General comments on March 2013 Naamsa Sales numbers:
· The industry experienced increase in sales volumes in March 2013 compared to February 2013 (3.31%). The main contributors to this increase were Passenger & Light Commercial Vehicles in volumes. Extra Heavy, Medium Commercial and Busses all contributed above 10% growth Month on Month. Only Heavy Commercial Vehicles had negative growth but this was in small volumes.
· However Year on Year (March 2012 versus March 2013) sales declined by -2.15%, equating to 1206 fewer vehicles compared to the same time last year. Importantly the average sales per day march 2013 outsold 2012 by 2,892 to 2,674.
· For the past three years the month of March has on average been around the 2nd best performing month in terms of sales volumes. However with Easter falling in March the number of business days in the month have decreased. When looking at previous years (as far back as 2002) where Easter has fallen in March. The month has ranked in between 9th and 10th (2008 excluded as this was the beginning of the economic downturn). In 2002 and 2005 sales dropped by 12% due to Easter being in March with April recovering March’s losses. Thus the performance this month should not come as a surprise taking historical trends into consideration
· If the past is to go by and one takes into account March 2010 and 2011, this month’s volumes were above those two year, thus this would auger well for sales growth in 2013.
o Vehicle sales volumes may be boosted by the following factors if these trends continue:
§ Total Transport Cost (TCPI) Inflation has risen at lower rates than that of the CPI. TCPI has risen month on month by 0.8% but this is still at a lower rate than CPI.
§ The rand has been under pressure against all major currencies, this economical will has a negative knock-on effect on vehicle prices. However this has not been the case over the last year. The Vehicle Price Index has reflected that prices have risen at the low level 2.2% year on year as at Q4 of 2012. Potentially this could be due to an oversupply in the industry.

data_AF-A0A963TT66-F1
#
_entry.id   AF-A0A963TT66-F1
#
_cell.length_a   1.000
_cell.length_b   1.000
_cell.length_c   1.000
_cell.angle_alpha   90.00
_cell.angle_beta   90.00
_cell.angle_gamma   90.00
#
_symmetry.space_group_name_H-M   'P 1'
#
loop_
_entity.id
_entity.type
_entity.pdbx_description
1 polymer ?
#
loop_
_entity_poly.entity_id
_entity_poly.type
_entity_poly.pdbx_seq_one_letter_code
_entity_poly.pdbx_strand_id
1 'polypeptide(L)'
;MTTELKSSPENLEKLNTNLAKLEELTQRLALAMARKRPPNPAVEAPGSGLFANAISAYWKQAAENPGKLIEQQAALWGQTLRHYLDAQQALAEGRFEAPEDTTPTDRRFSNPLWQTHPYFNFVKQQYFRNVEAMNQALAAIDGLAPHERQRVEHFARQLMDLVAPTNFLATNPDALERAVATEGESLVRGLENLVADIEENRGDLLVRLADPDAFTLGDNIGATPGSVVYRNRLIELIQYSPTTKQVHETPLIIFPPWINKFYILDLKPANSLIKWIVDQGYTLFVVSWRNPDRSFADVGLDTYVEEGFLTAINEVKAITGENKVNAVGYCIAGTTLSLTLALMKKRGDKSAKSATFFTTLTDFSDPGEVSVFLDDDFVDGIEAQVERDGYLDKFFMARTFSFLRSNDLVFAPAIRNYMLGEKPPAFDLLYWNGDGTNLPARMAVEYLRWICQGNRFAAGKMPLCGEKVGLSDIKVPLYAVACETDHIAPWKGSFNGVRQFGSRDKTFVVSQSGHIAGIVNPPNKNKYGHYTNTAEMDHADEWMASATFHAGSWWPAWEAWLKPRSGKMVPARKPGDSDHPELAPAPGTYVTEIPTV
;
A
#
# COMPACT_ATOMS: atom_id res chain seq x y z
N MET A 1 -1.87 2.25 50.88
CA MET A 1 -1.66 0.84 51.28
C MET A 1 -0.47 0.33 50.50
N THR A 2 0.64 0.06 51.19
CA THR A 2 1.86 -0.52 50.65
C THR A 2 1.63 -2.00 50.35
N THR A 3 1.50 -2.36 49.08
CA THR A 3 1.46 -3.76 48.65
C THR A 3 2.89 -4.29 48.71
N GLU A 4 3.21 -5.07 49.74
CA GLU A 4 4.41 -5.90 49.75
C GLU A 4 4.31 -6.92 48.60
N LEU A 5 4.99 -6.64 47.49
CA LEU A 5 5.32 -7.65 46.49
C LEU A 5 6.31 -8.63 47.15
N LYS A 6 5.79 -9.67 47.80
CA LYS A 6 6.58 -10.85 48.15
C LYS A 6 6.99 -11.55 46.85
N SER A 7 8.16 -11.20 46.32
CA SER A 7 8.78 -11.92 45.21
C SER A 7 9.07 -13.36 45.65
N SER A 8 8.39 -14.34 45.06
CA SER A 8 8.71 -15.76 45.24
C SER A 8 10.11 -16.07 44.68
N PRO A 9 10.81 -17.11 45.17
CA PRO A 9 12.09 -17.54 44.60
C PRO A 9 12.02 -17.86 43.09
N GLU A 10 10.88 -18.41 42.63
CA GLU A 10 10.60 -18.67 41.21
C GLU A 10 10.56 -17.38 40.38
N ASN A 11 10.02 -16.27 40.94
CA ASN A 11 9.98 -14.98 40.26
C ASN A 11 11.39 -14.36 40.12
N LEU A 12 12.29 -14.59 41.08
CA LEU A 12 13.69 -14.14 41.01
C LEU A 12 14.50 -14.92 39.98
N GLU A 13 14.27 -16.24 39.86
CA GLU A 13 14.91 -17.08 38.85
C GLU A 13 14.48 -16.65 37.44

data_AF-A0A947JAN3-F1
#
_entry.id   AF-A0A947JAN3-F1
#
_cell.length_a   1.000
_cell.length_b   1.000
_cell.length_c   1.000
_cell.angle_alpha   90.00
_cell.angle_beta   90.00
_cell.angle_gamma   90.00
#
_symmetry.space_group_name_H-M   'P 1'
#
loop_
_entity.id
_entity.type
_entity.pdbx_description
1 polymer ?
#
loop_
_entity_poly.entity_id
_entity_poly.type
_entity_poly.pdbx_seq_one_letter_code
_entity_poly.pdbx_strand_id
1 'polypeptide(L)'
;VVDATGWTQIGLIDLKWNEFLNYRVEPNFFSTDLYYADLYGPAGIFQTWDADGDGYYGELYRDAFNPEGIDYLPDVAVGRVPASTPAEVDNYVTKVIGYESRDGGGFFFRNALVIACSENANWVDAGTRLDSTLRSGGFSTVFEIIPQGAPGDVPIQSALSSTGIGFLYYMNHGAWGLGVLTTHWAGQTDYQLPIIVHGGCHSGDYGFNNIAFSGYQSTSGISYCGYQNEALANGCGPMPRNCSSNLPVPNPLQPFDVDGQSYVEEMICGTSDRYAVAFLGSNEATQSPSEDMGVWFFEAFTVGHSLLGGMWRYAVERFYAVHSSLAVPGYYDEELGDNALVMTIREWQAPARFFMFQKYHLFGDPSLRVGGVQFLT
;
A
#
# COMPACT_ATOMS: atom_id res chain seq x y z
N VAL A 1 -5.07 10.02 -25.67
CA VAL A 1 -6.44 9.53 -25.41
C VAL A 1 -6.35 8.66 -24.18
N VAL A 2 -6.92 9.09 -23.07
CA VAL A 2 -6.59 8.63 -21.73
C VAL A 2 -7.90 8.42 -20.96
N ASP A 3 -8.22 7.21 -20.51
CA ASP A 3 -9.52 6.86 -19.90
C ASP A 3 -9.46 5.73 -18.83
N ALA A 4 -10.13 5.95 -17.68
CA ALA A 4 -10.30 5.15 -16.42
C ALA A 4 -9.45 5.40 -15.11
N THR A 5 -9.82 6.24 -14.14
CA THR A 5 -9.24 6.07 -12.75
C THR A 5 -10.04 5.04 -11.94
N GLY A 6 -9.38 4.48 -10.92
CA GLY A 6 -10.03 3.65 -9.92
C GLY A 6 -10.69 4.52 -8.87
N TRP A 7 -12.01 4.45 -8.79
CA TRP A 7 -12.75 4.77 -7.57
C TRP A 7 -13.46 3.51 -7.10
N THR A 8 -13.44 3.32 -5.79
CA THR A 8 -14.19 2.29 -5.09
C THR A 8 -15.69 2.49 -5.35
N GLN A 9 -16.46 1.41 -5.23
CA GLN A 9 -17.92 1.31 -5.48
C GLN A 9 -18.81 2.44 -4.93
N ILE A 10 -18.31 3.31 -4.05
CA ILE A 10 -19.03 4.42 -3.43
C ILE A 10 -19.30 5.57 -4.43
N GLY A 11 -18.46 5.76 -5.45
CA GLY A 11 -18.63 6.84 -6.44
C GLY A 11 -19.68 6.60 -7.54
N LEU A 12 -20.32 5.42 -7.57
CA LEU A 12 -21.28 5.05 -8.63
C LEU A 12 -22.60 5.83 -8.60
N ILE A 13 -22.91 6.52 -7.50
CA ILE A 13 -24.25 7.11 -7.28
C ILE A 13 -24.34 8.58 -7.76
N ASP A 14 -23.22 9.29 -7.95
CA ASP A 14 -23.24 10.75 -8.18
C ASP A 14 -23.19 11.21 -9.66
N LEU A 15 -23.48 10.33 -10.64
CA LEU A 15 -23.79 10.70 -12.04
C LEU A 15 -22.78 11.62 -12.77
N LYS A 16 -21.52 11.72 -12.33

§ Vehicle Operating Costs seem to be lower than they were year on year February.
o However, the following factors are expected to provide subduing effects on vehicle sales numbers:
§ 2012 year on year Real GDP figure was 2.5%. Economic growth for 2013 is expected to be flat to 2.7%.
§ Increases in food prices, energy (fuel and electricity hikes) and transport costs (including toll fees) will impact on consumer disposable income.
§ The inflation of operating a vehicle has increased to 10.3% due to the petrol price rise in both January and February 2013.
§ The Prime Interest Rate remains at its lowest for over thirty years.
§ Household Debt to Disposal Income remains high at 75.8% (Q4 of 2012).
§ Carbon Emissions tax set to rise from April 2013.
General Macro and Industry Comments:
§ The Monetary Policy Committee (MPC) has revised their GDP forecast for 2013 to 2.7%, an increase of 0.1%.
§ The Prime Interest Rate remains at its lowest for over thirty years, and has and will play a major part maintaining the South African consumer’s appetite for debt. However the MPC has raised their inflationary forecasts by 0.1% to 5.8% for 2013.
§ Inflation is expected to breach the inflationary target in Q3 2013 at 6.3% and regress in Q4.
§ This inflationary deterioration can largely be attributed to the depreciation of the Rand and higher fuel prices. The Rand is likely to remain sensitive to both domestic and global developments. The exchange rate is expected to remain volatile and subject to overshooting. Standard Bank Research unit predicts that the rand will remain moderately more bearish than consensus at 9.00 by mid-year and 8.75 by year end.